Church Shooting Hero Faces Texas Freedom Caucus Chair In Local Commissioners Race

At first, the Chairman of the Texas House Freedom Caucus seemed like a shoe-in for his hometown’s County Commissioner position. But since Sunday the odds have changed dramatically.

Two-term Rep. Mike Lang‘s intention on leaving the House of Representatives to seek local office was to make his home county “a shining example of what local control truly embodies.”

Lang soon changed his mind, opting to seek a third term in the Texas House of Representatives — before changing his mind again just minutes ahead of the Dec. 9 filing deadline for the 2020 Primary ballot.

Lang was still highly favored to win what appears to be a four-person race for the Precinct 3 Hood County Commissioners Court seat.

Then the White Settlement shooting happened.

On Sunday morning, one of the candidates for the open Commissioners seat, Jack Wilson, averted a mass-killing as the leader of his church’s security committee. The gunman fired off a few rounds before Wilson fired a perfectly placed shot to the gunman’s head. Wilson was joined by several other church members packing heat during the incident that claimed three lives including the attacker.

Wilson, a licensed shooting instructor and range owner, had made targets a visual theme of his campaign advertising (“Make sure your vote is on target” is one of the slogans).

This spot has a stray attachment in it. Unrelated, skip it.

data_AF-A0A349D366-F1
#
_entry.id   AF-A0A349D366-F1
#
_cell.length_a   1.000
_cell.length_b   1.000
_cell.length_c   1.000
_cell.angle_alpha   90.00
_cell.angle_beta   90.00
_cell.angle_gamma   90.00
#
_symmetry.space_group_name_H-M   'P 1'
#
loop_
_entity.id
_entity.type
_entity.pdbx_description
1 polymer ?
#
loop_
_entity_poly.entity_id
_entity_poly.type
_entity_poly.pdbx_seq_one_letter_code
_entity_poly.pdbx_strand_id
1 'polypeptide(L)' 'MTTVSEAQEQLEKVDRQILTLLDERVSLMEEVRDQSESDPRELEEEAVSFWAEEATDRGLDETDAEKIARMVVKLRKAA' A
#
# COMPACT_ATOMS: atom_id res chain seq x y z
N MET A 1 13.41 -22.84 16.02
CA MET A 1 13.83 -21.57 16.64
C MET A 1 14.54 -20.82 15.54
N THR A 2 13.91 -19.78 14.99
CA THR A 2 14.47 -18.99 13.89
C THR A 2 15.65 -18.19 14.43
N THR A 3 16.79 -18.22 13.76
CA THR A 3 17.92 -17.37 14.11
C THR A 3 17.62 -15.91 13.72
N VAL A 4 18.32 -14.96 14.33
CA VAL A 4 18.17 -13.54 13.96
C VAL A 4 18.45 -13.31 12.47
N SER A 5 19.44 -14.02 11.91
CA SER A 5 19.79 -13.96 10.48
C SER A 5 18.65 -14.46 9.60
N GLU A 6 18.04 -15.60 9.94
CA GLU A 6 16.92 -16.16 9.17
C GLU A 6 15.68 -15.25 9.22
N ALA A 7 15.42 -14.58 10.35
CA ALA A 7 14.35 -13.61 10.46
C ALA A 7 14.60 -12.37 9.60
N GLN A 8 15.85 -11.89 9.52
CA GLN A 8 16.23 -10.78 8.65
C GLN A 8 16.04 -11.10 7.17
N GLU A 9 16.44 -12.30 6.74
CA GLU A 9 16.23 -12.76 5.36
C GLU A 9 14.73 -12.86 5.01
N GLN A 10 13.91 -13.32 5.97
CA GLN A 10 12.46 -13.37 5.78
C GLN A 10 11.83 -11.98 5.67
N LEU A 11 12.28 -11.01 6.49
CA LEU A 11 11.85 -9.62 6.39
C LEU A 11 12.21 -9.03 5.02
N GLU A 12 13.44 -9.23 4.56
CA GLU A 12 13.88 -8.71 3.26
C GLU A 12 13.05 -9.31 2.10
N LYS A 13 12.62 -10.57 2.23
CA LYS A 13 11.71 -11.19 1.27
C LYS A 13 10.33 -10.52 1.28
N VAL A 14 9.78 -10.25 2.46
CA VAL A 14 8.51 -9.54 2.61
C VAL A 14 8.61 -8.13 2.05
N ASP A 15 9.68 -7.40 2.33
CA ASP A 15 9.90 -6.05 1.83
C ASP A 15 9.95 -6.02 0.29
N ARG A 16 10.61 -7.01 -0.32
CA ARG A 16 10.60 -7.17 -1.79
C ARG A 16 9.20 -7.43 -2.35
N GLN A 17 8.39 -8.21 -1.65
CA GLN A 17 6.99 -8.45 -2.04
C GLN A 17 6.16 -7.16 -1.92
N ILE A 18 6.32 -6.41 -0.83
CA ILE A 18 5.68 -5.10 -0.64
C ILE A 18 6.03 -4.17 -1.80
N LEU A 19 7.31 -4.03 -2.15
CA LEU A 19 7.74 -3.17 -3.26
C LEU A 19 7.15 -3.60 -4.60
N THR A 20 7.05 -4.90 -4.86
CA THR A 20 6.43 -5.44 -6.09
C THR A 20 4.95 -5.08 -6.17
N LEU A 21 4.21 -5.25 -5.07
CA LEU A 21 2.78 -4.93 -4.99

With Wilson now lauded a hero, Lang faces high odds against a candidate with vast earned media potential and instant name ID with active and inactive voters.

It appears Lang can’t catch a break, lately. As Chairman of the Texas House Freedom Caucus, Lang had a difficult job ahead of him during what many dubbed the “kumbaya session” with a new Speaker at the helm and even conservative leaders calling for the rank-and-file to line up behind Dennis Bonnen and put differences aside. Conservative grassroots organizations such as Empower Texans have blamed Lang’s leadership for the failure of the Freedom Caucus to be a dissenting voice.

Lang’s difficulties made an opportunity for Republican opponents to jump into the race for 8-county House District 60 in deep red North Texas: Glenn Rogers, a Palo Pinto County veterinarian, Mineral Wells Mayor Chris Perricone, and Kellye SoRelle, a Granbury-based attorney.

Republican candidates for Hood County Commissioners Court Precinct 3 include Lang, Wilson, Jacque Gordon, and Terry Stamper. It is not clear if there are any Democrat or third-party candidates. The seat is being vacated by current Commissioner Bruce White.

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